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When rebuilding calipers in a brake shop we used to use a special assembly lube on the piston seals and any other rubber parts. It was supposed to have stuff in it that was good for rubber seals. Unfortunately I don't remember the brand. Raybestos maybe? It may or may not be better than brake fluid but we were told to use it on every rebuild. Probably a reason for that since it cost them extra money to use it.
 

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Bikini Inspector
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For real stubborn stuck pistons where air pressure doesnt work....

hook up a grease gun to bleeder.

6-800 grit after the big stuff is knocked down. take your time and make sure ot your pistons will stick again, and you wasted all that effort.
 

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When rebuilding calipers in a brake shop we used to use a special assembly lube on the piston seals and any other rubber parts. It was supposed to have stuff in it that was good for rubber seals.
From SIL-GLYDE's website:
The material is formulated for optimal performance for all braking systems. Protects and seals out moisture, where other types of lubricants may deteriorate the rubber parts causing failure. SIL-GLYDE Brake Lubricant is recommended for stopping pad squeal, caliper slides, back-side of disc pads, for ease of rebuilding & assembly, backing plate contacts, for lubricating caliper piston bores, anchor & slider bolts, adjusters, and parking brakes.
I use a different brand than SIL-GLYDE because I didn't know about it at the time I purchased the piston lube I currently use. I'll probably switch IF I ever run out of what I've been using.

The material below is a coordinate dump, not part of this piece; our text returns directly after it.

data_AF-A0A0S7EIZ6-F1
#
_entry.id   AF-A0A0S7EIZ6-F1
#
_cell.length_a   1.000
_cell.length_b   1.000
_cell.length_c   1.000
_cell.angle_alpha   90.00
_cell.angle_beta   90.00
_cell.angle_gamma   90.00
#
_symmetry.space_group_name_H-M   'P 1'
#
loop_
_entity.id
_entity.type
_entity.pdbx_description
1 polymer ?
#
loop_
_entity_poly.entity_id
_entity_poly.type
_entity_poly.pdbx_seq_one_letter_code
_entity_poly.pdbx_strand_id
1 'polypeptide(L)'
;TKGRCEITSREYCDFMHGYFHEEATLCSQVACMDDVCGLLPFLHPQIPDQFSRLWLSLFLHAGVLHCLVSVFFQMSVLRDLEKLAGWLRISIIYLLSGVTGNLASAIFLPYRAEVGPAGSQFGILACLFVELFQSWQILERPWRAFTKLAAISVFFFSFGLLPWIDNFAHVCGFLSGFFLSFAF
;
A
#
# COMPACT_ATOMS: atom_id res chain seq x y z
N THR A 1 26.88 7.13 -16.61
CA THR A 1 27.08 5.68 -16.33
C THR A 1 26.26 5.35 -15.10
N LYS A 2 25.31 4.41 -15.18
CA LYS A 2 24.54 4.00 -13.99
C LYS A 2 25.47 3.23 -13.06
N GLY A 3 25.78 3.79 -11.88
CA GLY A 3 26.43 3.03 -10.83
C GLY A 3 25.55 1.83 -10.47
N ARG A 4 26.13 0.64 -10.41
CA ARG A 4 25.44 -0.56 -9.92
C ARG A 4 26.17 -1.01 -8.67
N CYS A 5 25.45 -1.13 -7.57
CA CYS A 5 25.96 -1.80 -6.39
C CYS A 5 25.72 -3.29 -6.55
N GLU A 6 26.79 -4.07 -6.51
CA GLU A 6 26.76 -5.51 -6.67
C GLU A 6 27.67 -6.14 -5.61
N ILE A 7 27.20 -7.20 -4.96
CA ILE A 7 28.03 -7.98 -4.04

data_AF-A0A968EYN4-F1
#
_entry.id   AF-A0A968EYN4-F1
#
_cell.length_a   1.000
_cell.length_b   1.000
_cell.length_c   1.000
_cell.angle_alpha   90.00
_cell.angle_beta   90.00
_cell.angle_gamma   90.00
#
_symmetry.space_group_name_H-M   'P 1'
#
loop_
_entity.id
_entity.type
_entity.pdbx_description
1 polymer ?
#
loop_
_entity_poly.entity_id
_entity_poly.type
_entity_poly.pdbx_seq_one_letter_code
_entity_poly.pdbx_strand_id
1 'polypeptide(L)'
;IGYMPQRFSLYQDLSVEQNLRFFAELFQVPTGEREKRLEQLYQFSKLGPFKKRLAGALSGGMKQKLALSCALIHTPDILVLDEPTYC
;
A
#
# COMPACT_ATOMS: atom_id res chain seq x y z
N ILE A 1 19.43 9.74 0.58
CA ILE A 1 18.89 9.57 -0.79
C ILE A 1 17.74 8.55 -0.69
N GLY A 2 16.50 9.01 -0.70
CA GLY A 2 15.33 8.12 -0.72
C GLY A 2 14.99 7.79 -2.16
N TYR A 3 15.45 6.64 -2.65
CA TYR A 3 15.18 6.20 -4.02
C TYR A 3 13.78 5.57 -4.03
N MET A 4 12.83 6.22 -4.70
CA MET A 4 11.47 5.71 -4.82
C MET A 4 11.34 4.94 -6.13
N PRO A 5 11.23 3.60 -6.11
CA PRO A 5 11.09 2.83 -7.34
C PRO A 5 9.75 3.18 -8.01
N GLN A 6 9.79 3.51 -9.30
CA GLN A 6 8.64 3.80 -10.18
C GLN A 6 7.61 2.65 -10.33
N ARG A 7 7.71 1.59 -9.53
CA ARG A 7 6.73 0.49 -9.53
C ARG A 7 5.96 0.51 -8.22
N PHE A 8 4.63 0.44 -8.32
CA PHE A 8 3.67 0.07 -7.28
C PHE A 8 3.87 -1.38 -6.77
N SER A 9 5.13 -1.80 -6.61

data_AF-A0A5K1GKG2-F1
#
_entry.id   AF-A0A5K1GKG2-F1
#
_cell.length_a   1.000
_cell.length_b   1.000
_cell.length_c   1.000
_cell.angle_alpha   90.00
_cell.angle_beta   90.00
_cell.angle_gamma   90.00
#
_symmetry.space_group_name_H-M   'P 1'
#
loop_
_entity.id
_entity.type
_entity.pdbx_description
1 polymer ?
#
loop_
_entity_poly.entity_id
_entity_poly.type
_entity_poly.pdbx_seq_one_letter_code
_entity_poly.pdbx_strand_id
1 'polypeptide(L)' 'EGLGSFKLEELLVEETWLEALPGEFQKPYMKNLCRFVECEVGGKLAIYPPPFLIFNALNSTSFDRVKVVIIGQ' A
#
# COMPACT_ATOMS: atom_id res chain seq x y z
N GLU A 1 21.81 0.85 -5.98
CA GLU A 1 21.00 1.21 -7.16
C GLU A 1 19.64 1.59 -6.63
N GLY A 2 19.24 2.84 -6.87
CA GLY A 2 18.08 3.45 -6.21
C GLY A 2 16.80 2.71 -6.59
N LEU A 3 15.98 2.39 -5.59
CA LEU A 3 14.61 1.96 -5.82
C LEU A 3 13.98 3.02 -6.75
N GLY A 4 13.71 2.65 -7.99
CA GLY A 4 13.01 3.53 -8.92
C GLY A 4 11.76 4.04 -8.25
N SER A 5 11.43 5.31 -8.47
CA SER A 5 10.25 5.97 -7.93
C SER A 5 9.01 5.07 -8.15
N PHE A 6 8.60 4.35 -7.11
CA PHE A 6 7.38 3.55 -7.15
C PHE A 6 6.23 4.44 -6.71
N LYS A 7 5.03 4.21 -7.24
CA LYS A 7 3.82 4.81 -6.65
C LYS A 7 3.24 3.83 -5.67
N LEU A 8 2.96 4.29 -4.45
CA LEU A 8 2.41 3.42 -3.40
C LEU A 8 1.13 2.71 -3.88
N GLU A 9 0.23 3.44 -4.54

Harold

P.S. SIL-GLYDE is also good to lube your door weatherstripping to prevent seal damage from sticking doors due to freezing.
 

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I figure this could use it's own thread. I looked and couldn't find one that was straight to the point in the first couple of posts..


Rebuilding brake calipers is not a huge undertaking. The hardest part is getting the pistons out.

First off, DON NOT split the calipers. There's no need to and it will only cause problems later.

When rebuilding the pistons on my first GT I used a really bad method to remove the pistons. I utilized a pair of screwdrivers and, using the groove for the seal, I walked the pistons out a little at a time.

The preferred method is to use pressure. You "can" do it by using the brake pedal and a friend but that's tricky and messy.

The best method is to use air. Just put a rubber nozzle on an air spray nozzle, attached to an air compressor, and you can push them out with the compressed air.

TIP: When using air on stubborn pistons it's going to be a LOT easier if you remove the seal, spray the piston with WD40, and then compress the piston in with a clamp. It makes piston removal take a lot less pressure.

The difficult thing is to pull both pistons at the same time. Once one piston is removed, the leaking air from the empty chamber makes it more difficult to remove the second piston with air.

TIP: After removing one piston, remove the rubber seal inside the piston bore. Then put the piston back in and clamp it in place. It will seal enough to allow pressure to push the second piston out.

It's important that the pistons are protected from smacking into metal when they are expelled from their bore. Sometimes the air pressure can be very violent and could damage the piston if it smacks the other side. Use a rag or a piece of wood to protect the piston face as it is expelled.

TIP: Do NOT use your finger to slow the expulsion of the piston when using air pressure. The piston can come out very fast and your finger can be smashed (Yes, I smashed mine which is why I'm adding this caveat).

You might be able to reuse the seals and the O-rings if the piston isn't damaged and the caliper wasn't leaking. It's always best, however, to use new rubber parts.

Most of the time the pistons will be reusable. You should clean them with soap, acetone, brake cleaner or any other solvent and using a green scotch brite pad is safe.

If there is ANY pitting on the sealing surface of the piston then it should be discarded. The outer piston walls should be perfectly smooth or the caliper may leak.